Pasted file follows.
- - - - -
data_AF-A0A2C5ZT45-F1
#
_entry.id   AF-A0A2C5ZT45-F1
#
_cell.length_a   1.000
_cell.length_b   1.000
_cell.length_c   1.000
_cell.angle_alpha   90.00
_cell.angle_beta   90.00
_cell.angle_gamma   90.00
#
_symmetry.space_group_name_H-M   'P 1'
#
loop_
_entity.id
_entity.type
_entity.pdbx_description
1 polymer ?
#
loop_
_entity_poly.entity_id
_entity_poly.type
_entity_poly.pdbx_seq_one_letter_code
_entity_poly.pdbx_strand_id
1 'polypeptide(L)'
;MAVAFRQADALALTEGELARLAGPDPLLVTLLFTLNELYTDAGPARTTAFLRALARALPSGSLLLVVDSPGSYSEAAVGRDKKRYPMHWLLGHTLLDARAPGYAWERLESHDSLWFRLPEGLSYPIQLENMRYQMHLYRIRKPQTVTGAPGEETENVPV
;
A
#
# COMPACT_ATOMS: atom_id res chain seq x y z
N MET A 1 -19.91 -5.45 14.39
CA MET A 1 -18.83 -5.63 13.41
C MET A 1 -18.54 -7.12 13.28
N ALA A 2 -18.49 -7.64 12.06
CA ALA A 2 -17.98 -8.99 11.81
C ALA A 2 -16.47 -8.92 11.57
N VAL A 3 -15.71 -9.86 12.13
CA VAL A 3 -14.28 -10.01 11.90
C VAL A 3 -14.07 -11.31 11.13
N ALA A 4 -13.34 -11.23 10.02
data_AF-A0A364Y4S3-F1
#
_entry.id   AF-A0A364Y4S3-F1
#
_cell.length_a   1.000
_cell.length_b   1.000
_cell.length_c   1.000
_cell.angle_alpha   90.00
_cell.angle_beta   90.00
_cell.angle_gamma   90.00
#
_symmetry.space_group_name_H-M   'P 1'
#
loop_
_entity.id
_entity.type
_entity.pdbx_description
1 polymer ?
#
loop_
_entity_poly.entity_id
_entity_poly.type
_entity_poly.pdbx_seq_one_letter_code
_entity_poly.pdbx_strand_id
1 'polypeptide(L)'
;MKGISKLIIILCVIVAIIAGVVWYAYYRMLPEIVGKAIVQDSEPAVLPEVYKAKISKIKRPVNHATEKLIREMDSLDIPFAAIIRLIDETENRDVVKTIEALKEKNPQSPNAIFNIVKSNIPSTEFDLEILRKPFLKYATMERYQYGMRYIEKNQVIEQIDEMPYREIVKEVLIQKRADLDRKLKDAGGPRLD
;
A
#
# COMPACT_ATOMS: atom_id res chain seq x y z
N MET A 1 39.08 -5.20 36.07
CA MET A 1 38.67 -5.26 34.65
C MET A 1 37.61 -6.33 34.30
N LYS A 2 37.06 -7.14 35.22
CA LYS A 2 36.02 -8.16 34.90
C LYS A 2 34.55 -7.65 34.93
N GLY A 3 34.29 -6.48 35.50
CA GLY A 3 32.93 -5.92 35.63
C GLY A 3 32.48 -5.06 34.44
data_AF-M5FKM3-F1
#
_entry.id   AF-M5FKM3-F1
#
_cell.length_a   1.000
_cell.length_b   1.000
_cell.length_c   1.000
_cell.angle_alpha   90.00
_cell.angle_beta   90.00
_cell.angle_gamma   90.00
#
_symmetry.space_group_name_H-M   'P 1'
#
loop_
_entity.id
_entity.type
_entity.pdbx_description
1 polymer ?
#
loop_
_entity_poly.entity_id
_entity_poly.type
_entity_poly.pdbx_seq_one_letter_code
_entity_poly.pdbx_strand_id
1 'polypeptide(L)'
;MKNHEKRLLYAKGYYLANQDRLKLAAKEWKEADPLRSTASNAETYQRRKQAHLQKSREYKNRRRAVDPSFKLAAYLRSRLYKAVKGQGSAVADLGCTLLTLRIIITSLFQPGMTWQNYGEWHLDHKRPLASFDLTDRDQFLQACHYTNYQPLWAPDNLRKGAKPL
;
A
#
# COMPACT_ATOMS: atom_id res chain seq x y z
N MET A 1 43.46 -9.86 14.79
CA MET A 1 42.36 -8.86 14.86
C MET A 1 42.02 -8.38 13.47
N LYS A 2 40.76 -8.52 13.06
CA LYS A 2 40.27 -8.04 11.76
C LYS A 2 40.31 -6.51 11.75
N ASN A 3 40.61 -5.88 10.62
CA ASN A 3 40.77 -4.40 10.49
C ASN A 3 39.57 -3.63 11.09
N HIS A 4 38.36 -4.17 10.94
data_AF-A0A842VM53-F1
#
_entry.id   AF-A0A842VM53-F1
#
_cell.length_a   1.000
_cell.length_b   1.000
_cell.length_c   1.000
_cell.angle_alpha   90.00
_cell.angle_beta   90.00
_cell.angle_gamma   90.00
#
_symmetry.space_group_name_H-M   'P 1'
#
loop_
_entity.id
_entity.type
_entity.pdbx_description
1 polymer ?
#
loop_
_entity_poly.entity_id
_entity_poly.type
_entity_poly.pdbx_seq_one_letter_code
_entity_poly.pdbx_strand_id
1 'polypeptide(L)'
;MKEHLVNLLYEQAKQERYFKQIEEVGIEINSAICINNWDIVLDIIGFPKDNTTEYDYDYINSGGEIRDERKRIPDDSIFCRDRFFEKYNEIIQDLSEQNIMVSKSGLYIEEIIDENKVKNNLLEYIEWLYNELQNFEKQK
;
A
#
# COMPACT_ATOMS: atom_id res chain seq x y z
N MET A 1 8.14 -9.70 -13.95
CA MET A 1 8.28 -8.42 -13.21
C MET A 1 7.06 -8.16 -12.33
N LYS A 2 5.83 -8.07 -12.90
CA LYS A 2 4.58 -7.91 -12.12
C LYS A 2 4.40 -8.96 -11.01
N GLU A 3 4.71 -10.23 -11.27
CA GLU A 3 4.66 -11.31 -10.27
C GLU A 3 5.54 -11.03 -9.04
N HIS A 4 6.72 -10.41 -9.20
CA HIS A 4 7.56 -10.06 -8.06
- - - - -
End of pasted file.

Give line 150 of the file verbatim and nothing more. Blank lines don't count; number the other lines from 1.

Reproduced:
N MET A 1 8.14 -9.70 -13.95